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Time To Move On: The Title Game Is Upon Us

Horns_bullet_mediumAbout Alabama. For the third and final time, the regular season closes as my law exams heat up, inconveniently limiting my ability to contribute around these parts until the last test is taken. Fortunately, around here we've got a terrific team of writers keeping things moving steadily along, but this is also the time to make note of SBN's fantastic Alabama blog, Roll Bama Roll. To highlight just one among many outstanding bits of content, check out Kleph's "Alabama vs Texas All-Time" series, which has thus far chronicled the two teams' 1902 and 1915 match ups. Check in at RBR, and represent our school (and this blog) well. Act like you've been here before, so to speak.

Horns_bullet_medium(More) About Alabama. Exams will keep me from doing anything with it for a while, but I'm downloading the SEC Championship Game as we speak, so hang tight for some substantive analysis on what Nick Saban did to smack around the Gators. Vegas oddsmakers said that, prior to last weekend, Texas would have opened a slight favorite over Alabama, but their resounding win over Florida, coupled with Texas' miserable showing in Dallas, resulted in the Bama (-3.5) opening line, which bettors have already pushed up to 5 points. My last impression of Bama was from their narrow win over Auburn, so I'm eager to look closely at their SECCG beatdown.

Horns_bullet_mediumTime to move on. As far as I'm concerned, it's time to move on from the sideshows. In terms of Nebraska: we nearly blew it, but the correct call was made on the game clock, the kick was good, and we won, fair and square. Elsewhere, Cincinnati, Boise State and TCU have every right to carp about the system, and Texas fans can certainly empathize: after all, last year we were the ones who got the short end of the system's stick.

That's all been established and re-established satisfactorily. This year Texas and Alabama are the two teams that benefit from the two-team system, and beyond the fact that more than two teams deserve a shot, there's nothing left to say. And we have nothing to apologize for.

Horns_bullet_mediumSearching for silver linings. Considering just how close Mack Brown and Greg Davis came to the most unforgivable loss in program history, it's hard to find too many silver linings from the offensive performance in Dallas beyond the goals achieved by the end result. But I'll try, taking us back to the morning of November 2, 2008, hours after the devastating loss in Lubbock. From the Post-Game React:

We can and will go over in more detail some of the mistakes, but I take this bullet point to note that Texas beat Oklahoma because it approached the game with a "F-ck you--no one thinks we can beat these guys" approach. After jumping on Missouri, we last week saw the coaches slide a bit towards "Protect" mode. Tonight, the first half approach was a too-conservative one that left the Longhorns scrambling to catch up.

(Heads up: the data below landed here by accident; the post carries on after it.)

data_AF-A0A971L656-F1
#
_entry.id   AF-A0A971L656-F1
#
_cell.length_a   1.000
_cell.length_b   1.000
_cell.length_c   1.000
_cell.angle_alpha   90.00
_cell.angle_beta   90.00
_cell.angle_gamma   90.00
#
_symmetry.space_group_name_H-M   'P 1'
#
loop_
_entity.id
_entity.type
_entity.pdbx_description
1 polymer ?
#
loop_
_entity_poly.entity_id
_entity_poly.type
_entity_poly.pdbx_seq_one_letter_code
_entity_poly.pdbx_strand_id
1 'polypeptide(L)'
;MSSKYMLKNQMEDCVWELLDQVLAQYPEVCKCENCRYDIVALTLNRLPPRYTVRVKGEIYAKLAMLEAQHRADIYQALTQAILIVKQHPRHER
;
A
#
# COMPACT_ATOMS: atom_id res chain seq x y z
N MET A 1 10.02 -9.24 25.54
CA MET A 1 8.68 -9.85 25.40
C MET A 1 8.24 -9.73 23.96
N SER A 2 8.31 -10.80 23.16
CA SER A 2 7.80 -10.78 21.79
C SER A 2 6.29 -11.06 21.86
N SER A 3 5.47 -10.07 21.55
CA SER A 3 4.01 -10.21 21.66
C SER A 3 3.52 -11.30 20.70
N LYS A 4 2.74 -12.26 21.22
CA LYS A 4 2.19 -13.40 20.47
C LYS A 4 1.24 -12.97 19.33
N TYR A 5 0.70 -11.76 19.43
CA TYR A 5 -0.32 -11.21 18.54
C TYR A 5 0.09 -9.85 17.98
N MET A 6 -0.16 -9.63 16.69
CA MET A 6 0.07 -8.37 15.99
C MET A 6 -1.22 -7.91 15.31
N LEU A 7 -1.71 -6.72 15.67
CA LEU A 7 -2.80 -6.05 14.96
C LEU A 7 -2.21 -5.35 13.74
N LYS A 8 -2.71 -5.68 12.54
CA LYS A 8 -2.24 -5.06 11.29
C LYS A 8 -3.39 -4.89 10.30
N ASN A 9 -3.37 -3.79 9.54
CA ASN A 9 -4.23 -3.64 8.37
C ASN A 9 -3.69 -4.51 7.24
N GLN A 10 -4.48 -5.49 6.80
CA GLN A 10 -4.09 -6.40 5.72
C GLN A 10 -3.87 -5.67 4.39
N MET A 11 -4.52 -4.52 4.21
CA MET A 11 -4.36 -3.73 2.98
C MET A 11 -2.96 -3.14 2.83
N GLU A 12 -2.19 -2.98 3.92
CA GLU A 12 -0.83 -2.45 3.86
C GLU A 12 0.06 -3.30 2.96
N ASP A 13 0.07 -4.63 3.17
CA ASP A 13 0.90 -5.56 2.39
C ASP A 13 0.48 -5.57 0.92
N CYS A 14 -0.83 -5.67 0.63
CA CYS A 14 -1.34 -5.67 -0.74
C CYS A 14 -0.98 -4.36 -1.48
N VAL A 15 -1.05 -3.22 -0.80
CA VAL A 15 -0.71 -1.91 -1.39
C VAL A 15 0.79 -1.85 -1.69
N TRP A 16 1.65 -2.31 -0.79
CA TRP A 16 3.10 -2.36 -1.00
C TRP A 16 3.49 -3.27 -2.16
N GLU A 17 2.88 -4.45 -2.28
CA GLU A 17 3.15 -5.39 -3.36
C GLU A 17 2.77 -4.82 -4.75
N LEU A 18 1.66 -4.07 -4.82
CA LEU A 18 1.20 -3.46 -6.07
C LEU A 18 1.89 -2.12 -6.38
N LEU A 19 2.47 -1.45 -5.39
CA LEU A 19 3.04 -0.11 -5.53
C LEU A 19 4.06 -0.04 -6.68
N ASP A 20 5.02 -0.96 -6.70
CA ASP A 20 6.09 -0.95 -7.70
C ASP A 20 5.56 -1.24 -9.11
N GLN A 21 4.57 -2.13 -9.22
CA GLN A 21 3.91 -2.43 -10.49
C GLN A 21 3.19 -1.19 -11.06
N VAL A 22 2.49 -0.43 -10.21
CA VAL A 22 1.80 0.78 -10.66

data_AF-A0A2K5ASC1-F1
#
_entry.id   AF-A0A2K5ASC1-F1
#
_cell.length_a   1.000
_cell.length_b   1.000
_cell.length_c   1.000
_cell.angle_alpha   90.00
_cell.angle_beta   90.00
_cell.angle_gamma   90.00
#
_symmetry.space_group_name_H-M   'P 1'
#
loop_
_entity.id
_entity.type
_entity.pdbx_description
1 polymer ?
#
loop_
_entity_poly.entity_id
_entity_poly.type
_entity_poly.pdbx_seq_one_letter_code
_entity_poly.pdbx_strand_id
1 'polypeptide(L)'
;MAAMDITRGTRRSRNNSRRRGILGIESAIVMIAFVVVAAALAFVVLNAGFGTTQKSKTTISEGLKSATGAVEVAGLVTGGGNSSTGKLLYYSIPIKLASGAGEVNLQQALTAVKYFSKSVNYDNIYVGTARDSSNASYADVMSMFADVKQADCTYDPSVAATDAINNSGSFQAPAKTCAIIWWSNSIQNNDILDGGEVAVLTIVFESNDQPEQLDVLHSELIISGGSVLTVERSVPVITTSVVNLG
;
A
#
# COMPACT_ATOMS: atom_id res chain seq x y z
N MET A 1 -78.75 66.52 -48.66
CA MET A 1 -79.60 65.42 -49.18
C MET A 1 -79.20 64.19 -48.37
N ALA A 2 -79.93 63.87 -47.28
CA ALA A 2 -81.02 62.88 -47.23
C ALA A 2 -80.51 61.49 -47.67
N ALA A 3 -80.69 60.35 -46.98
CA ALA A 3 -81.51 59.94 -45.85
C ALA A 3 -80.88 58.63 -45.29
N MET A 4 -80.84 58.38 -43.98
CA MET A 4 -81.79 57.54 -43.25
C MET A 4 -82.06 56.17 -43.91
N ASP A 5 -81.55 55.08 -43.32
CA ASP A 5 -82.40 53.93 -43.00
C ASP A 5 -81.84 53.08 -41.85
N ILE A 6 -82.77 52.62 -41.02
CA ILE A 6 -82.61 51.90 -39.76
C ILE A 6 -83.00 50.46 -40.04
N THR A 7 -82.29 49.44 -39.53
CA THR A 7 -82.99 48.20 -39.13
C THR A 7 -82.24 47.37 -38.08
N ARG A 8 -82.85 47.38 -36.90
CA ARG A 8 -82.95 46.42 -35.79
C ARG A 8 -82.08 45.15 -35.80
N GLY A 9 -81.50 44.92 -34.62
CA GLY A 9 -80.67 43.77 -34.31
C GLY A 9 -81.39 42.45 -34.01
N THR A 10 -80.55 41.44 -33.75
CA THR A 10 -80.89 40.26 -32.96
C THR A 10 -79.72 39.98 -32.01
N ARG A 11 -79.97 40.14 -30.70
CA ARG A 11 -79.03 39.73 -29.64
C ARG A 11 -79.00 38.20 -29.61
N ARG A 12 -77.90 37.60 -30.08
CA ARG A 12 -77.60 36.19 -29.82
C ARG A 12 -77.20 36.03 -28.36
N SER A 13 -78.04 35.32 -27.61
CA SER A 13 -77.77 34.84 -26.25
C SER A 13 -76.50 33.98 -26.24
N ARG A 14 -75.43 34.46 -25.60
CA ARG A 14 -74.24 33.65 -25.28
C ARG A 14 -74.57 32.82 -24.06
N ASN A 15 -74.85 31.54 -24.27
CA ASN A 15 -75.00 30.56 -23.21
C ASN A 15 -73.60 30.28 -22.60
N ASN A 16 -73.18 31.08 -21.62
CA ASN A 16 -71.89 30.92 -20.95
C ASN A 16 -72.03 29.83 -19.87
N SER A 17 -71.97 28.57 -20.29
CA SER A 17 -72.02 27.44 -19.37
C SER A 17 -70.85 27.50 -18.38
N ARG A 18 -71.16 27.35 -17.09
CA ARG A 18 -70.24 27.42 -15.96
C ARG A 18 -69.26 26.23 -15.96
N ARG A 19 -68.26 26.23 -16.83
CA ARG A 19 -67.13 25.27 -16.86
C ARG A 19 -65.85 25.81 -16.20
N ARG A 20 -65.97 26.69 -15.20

[...] Texas was a disaster on offense in the first half. And it wasn't until they showed some diversity in the second half that things got rolling again. Fozzy and Malcolm, nearly heroes. Alas, a day late, a dollar short. So if our coaches can be forgiven for having the "Dance with the ones who brung ya" mindset to start this game, the key to achieving the Big Goals heading forward involves an evolution above and beyond the delicate Pony Show which finally met its match.

There are two takeaways here, one bad, one good. On the negative side, the coaching staff almost hung themselves by falling into the now all-too familiar passive offensive approach. They clearly haven't learned that lesson, and it has proven -- time and again, amidst so many strengths -- to be Mack Brown's defining weakness.

But... on the potentially positive side, Greg Davis's shining moments inevitably come on the heels of disaster. The coaching staff just had their pants scared off, and if there's one time when the offense seems to come out firing, it's after disaster and/or when there's an apparent urgent need to buck tendencies and be aggressive. It's hard to imagine that the approach in Pasadena will be merely to hope that what didn't work against Nebraska will work against Alabama.

Not unrelated to that, Texas is going to have to endure an entire month of talk about how fortunate they are to be in the game, how unproven they are against good teams, how lackluster their performance was against top defenses, and how badly Alabama is going to blow them out.

Let's be frank about it: We may regret that we can't be at our best except after we've struggled, but if that's the way it is, then down-and-considered-out is where we want to be.